TUCSON — Federal drug agent Victor Cortez Jr. says he is happy to be home, but he doesn't want to answer questions about his alleged abduction and torture by Mexican police.
Cortez, casually dressed and showing no outward signs of injuries, appeared at a news conference with John C. Lawn, administrator of the Drug Enforcement Administration.
"I'm glad for the quick action (the DEA) agents in Guadalajara took in trying to locate me," Cortez said during his appearance Sunday. "If it hadn't been for them, I don't think that I would be here in the United States."
Cortez declined to answer questions from reporters about his alleged abduction and torture by Jalisco state police in Guadalajara.
Lawn said Cortez would not be available to the media again until after investigations by the Drug Enforcement Administration, FBI and Mexican authorities are complete.
Lawn did not say when those inquiries might be finished, adding that he would have no comment on their progress.
Not Allowed to Answer
Terrence Burke, head of the DEA office in Phoenix, said Cortez was not allowed to answer questions because he would be the key witness in any prosecution or other legal action that results because of the incident.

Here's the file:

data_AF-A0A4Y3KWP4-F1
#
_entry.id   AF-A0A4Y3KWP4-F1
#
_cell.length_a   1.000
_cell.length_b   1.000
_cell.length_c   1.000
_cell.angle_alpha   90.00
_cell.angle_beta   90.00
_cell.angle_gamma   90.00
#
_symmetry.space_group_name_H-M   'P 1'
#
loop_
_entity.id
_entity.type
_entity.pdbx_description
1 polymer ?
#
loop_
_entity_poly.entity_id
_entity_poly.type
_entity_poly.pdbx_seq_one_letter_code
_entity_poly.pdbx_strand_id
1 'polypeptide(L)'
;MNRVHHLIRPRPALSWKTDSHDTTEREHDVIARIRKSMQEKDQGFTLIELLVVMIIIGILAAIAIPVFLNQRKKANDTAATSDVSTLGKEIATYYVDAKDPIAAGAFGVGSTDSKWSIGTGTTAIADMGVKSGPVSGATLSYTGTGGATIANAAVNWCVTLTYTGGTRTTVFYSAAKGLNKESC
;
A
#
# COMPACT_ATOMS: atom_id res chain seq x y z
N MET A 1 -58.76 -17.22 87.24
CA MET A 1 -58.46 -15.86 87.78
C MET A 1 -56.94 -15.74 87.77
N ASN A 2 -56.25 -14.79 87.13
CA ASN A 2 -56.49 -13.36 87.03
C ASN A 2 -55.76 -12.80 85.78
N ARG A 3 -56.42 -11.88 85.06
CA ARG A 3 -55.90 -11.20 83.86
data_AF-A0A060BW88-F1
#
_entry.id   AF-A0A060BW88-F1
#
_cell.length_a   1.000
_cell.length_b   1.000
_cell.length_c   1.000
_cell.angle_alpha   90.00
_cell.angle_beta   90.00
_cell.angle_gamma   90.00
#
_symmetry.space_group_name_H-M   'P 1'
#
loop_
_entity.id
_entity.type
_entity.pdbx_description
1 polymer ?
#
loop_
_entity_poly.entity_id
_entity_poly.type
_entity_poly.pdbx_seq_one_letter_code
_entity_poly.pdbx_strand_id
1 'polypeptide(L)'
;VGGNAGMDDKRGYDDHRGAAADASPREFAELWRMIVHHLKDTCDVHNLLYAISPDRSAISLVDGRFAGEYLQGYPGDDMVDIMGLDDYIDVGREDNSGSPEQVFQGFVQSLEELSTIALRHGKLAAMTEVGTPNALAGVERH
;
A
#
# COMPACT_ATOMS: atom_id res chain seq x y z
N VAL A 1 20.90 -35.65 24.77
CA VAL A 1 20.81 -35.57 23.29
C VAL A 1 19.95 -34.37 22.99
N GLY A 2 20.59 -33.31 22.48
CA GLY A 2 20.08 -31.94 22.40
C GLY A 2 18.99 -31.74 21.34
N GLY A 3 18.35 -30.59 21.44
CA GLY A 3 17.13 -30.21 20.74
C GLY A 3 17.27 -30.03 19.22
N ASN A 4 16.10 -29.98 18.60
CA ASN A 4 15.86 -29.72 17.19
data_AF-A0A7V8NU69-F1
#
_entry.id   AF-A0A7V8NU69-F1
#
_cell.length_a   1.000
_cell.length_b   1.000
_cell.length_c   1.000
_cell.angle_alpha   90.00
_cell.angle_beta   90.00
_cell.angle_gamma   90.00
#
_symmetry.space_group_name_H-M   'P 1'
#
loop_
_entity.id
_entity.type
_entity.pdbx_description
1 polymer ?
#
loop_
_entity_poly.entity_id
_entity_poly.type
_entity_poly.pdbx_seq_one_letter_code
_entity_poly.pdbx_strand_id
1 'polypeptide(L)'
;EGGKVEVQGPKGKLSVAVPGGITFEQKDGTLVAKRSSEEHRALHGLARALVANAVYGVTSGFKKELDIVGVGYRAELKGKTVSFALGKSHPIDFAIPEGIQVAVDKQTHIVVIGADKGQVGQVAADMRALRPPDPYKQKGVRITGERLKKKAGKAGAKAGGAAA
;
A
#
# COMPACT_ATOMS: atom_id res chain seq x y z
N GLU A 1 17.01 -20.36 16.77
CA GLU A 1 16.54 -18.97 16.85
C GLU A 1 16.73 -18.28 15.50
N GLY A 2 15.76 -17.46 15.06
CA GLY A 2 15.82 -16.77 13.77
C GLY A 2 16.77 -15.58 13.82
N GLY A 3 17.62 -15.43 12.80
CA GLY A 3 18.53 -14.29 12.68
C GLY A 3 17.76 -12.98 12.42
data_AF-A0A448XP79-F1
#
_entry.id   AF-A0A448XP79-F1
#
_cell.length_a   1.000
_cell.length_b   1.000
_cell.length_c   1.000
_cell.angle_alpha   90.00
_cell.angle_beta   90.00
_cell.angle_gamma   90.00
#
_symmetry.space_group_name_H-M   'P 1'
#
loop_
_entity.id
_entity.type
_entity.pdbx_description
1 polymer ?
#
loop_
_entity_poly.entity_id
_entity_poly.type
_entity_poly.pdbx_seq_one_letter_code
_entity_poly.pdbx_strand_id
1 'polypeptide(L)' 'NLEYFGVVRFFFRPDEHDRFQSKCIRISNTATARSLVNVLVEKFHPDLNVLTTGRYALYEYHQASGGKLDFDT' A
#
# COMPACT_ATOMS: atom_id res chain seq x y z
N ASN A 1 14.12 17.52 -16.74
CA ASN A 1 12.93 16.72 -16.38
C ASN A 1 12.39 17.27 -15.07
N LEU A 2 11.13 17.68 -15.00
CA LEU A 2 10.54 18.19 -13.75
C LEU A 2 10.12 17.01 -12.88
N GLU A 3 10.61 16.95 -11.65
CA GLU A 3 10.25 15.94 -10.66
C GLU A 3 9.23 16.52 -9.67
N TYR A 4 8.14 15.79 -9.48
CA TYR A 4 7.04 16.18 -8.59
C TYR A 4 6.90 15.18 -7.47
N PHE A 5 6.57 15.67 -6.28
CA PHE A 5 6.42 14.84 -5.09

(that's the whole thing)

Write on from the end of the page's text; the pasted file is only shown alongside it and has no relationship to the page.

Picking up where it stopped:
Lawn said Cortez had been beaten and subjected to "electrical shock treatment" and had numerous contusions on his body.
Other U.S. officials have charged that Cortez, stationed in Guadalajara since January, was beaten and tortured with cattle prods for six hours by Jalisco state Judicial Police.
Mexican officials said Cortez was detained, but they disputed allegations he was tortured.
Resting in Arizona
Lawn said Cortez and his family will be taken to an undisclosed location outside Arizona to rest. They flew back to the United States late Friday, two days after Cortez said he was stopped by Mexican police and arrested.
Cortez had been responsible for "the seizure of substantial quantities of cocaine over the past month," Lawn said. "This would certainly have an effect on cocaine traffickers in Guadalajara."
But Lawn said he had neither seen nor heard public statements by agency officials, including Phil Jordan of the DEA office in Dallas, that reputed drug trafficker Miguel Angel Felix-Gallardo was behind the incident.
"Supposition and rumor should not be stated as fact," he said.